‘Then it must be a appallingly dull time, Finduilas,’ Brandir interjected, ‘for Aiavalë is somber, Denethor is forbidding, and the Lord Steward has his business to attend to, though he holds you terribly dear. He has said so to me!’
‘You spend most of your time in the archives, do you not?’ Maiaberiel casually asked.
‘Yes, that is true,’ Finduilas answered with a smile, wondering where this questioning would lead.
‘A pretty young thing like yourself tucked away with all the dusty books? How silly!’ Luinmir declared, shaking her head before taking a sip of wine. ‘You really must quit that dreary company and come here, or come to stay with us. You would not mind that, would you, my love?’ This last question was directed to Isilmo, who nodded and smiled.
‘We would be deeply honored for the daughter of the Prince Dol Amroth to be our guest,’ he grandly pronounced. And I am certain you would make sure the entire City knew you were doing so.
‘There is no need for that,’ Maiaberiel said firmly. ‘Whatever are you doing all day in the caverns?’
‘Not very much, to tell the truth,’ Finduilas sighed. ‘I try to help as I can, but the cataloguing is terribly complicated, and I do not understand it. The air in the caverns is good for my cough, I do believe, for it is dry and neither too cold nor too hot. Mostly, I read or embroider.’
‘I heard that you were researching something,’ the older woman pressed. Finduilas took her time finishing a bite of food, thinking of how to answer Maiaberiel.
‘Yes, I was,’ she said agreeably. ‘I wished to know if there were any records about the building of the harbor at Dol Amroth. There are none at home, if you can imagine that! So, I decided that I would look for some. If there were any, I was going to have them copied and give them to Grandfather. He does so love histories!’ She beamed at Beruthiel, and decided to change the subject. ‘But enough talk about old books and grave people. I have the most wonderful news! All of my family shall be journeying here to Minas Tirith in less than a month.’ This news was greeted with great enthusiasm all around the table.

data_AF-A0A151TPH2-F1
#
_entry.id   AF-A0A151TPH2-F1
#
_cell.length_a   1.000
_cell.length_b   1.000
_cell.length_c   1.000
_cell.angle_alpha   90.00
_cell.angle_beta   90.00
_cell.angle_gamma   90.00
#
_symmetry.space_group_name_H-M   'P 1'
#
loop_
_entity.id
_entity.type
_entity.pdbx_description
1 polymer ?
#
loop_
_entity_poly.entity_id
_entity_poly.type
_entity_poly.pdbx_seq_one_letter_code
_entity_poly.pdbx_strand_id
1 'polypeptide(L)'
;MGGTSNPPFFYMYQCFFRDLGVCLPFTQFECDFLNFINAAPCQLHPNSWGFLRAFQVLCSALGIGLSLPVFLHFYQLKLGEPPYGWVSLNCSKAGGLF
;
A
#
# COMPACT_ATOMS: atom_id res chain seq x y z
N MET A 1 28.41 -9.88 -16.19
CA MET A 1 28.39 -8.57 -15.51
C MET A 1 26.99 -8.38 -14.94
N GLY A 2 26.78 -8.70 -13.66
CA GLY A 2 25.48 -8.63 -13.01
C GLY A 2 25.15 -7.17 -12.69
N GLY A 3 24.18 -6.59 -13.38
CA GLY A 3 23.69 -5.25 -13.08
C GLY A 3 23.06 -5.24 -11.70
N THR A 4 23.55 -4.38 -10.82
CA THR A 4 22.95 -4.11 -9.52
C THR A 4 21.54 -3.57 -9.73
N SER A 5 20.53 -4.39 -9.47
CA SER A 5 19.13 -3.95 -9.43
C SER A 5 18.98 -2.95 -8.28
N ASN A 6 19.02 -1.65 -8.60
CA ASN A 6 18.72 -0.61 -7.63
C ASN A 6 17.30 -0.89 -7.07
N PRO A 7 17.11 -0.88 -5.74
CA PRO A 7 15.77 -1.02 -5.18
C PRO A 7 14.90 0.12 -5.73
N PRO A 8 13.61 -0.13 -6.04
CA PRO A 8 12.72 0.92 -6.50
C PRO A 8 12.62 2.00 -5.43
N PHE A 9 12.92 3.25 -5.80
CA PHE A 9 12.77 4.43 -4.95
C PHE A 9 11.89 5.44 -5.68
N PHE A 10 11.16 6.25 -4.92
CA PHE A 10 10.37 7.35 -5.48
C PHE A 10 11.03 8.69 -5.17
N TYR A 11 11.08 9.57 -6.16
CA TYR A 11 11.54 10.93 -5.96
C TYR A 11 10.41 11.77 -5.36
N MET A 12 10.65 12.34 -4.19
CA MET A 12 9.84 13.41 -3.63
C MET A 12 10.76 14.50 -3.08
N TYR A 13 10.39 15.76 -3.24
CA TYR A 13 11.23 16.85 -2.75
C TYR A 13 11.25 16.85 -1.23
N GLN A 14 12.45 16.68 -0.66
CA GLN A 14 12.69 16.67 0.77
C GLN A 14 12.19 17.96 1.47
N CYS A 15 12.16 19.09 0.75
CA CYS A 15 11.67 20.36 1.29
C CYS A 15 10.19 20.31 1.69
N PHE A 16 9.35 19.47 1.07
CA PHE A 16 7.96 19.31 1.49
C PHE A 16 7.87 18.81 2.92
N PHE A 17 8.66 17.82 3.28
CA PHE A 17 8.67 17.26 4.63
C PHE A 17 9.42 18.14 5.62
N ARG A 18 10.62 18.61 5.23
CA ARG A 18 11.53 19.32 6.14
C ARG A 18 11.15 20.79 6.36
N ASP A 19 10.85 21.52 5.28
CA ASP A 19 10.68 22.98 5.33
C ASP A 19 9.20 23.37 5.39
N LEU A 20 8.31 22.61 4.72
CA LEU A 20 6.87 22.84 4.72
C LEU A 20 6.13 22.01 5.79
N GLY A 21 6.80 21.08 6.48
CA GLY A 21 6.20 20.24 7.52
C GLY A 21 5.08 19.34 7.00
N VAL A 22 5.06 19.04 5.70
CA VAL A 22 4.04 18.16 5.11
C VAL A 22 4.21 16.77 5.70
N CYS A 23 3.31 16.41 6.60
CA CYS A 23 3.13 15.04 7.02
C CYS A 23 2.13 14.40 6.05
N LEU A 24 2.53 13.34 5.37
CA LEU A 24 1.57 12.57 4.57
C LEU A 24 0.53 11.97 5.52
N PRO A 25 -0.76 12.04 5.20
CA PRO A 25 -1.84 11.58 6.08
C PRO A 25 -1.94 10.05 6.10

‘I shall throw a party in their honor, after they have recovered from their sojourn,’ Maiaberiel assured Finduilas. ‘It shall be the grandest affair of the spring!’
For the next few minutes, the women gaily chattered about how wonderful it would be when the Prince and Princess arrived. Finduilas gladly joined in. She did not have to feign any pleasure at this news, and it was pleasant to talk about her kin. The men talked quietly to each other. When the burst of chatter died down, Brandir leaned forward and tapped the table to get the women’s attention. He wore a wide grin.
‘Your esteemed kin are not the only newcomers to the City this spring,’ he said with relish. Finduilas glanced at Beruthiel. To her curiosity, the woman was watching her keenly, just as Aiavalë would do. She decided to play along.
‘Well, do not keep us in suspense, Brandir,’ Finduilas cajoled, ‘Who else is arriving?’
‘How splendid!’ Isilmo sat forward with a grin to match Brandir’s.
‘Indeed, how splendid,’ Finduilas agreed, ‘but, why? I thought he was to remain in Pelargir.’
‘It is perfectly obvious, girl,’ Isilmo said impatiently. ‘It’s high time we brought the captain north where he can do more good. He has settled the south and we need him in the north. Is he come to take over Osgiliath?’ Brandir shook his head.
‘No. He is bound for Anórien, as the Steward planned.’ Does Denethor know about this? Finduilas kept a pleased expression on her face as she listened. ‘He and I will be working with the Rohirrim for guarding the northern borders.’